David Rynick is a Zen teacher authorized in two lineages and a life and leadership coach. He is a master of everyday spirituality who came to this gift through his parents: a father who as a Presbyterian minister looked for God in the ordinary and a mother who appreciated wonders and beauty in her days and doings. Rynick's Zen memoir consists of short observations on what shows up in his life during the four seasons. Here are a few examples.
Anxieties run rampant in his mind the first morning home after a week's vacation. He talks himself back into the saddle with the counsel "everything will be just fine."
While in the family pottery studio, Rynick is overcome with sadness that his daughter has grown up so fast and is no longer a little girl. He notes:
"We can't hold on to anything, not even those we most love. Tears and sadness seem to be an appropriate response in the face of the preciousness and transience of our lives."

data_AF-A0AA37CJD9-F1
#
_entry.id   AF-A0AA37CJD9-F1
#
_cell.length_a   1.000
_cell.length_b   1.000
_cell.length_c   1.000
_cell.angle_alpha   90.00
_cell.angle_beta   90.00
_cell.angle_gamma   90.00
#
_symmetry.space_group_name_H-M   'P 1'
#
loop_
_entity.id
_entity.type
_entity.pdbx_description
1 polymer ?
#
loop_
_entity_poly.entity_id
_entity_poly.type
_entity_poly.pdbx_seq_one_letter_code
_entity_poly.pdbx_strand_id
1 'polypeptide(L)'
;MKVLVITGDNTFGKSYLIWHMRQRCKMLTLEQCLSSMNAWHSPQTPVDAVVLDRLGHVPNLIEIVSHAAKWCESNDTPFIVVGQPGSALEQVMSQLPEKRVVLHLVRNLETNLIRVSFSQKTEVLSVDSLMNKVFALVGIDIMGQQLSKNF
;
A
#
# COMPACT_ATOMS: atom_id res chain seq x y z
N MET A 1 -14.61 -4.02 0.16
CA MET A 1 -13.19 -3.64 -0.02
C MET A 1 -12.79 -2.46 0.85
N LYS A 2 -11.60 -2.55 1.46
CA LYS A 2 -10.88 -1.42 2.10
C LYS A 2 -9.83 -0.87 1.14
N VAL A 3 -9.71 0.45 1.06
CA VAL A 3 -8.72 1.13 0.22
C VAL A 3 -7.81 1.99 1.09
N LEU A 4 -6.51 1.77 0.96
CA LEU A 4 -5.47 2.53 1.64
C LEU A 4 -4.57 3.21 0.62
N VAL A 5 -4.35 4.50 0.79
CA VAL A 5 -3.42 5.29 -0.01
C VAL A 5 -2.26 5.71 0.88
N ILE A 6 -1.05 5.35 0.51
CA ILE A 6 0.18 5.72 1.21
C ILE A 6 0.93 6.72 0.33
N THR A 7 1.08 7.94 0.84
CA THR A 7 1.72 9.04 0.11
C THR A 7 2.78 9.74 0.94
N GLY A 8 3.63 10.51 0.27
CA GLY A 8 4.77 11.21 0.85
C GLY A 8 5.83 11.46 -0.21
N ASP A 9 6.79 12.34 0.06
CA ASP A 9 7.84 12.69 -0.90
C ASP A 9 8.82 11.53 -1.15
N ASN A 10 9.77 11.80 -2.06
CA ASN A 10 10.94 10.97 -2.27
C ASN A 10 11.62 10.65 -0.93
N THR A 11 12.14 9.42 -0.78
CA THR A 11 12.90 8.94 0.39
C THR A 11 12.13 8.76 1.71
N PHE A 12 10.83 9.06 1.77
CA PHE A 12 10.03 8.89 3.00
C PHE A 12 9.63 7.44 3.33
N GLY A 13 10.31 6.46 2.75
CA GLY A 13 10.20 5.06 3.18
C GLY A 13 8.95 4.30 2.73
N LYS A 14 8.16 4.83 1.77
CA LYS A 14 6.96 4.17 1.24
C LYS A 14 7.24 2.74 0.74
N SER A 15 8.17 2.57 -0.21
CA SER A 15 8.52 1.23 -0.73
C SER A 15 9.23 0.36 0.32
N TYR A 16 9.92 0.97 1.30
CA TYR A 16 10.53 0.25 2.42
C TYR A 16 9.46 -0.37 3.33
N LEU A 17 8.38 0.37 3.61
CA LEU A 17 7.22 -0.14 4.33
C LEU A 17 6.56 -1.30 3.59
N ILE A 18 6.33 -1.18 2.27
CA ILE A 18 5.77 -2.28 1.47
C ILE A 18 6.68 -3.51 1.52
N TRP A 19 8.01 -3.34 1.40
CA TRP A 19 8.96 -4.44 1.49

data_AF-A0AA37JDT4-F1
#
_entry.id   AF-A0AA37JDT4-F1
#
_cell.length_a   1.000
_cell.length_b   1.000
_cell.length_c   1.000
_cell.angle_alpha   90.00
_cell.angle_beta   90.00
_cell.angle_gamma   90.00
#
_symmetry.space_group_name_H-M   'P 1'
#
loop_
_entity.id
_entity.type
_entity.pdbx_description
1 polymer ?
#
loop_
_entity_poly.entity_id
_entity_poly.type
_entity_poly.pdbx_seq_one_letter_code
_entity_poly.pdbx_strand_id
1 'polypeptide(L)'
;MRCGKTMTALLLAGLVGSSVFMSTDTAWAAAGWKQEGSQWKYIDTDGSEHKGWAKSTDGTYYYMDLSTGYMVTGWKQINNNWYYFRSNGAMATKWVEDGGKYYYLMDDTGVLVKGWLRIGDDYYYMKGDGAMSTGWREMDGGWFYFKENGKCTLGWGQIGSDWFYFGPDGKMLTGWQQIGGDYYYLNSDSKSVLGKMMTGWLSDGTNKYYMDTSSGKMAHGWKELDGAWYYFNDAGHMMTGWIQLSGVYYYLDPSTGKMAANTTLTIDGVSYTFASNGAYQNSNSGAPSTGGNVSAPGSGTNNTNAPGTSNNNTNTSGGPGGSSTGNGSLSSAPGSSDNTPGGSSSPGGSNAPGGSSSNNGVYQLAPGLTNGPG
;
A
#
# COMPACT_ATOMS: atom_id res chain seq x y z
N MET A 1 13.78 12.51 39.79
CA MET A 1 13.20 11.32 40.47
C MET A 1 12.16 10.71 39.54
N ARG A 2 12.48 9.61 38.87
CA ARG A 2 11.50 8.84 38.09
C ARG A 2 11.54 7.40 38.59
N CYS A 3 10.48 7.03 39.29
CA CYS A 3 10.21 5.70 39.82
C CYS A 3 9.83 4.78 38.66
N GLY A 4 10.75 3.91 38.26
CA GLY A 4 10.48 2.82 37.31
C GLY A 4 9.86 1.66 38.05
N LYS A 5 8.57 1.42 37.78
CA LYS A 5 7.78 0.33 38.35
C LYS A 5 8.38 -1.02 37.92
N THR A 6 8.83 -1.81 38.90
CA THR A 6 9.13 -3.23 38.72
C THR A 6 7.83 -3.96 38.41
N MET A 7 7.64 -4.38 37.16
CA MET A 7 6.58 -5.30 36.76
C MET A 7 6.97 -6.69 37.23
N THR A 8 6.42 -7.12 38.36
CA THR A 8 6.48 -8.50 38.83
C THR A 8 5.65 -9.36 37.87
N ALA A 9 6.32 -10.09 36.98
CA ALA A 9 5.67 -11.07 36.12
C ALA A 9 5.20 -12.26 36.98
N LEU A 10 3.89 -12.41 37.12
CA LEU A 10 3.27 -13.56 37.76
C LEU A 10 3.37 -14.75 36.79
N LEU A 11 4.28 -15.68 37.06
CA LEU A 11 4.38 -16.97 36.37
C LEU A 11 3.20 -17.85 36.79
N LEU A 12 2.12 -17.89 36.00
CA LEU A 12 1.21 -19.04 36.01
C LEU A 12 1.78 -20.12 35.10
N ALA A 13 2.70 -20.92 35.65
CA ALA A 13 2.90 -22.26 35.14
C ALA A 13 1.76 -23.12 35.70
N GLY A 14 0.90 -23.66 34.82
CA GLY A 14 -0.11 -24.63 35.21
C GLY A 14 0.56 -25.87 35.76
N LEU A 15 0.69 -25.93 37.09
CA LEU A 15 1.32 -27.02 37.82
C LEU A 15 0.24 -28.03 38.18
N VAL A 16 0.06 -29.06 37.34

After he and his wife, also a Zen teacher, move into a Zen center, they both feel the energy surge that comes with change.
With the arrival of autumn, Rynick looks at the leaves tumbling down to the ground from the trees and finds a beauty in falling that he would like to achieve.
In the window of a beauty salon, there is a hand-written sign that says: "Thank you for your devotion." The author takes it as a direct message from the universe to persevere and stay the course.
This Truth Never Fails is a delight to read since Rynick is a gifted writer and storyteller with a poet's eye and a Zen master's ease in dispensing wisdom. Whether considering coffee, Christmas, receiving and giving, patience or grumbling, this author can be counted on to deliver sensitive insights about the human spirit as revealed in ordinary experiences.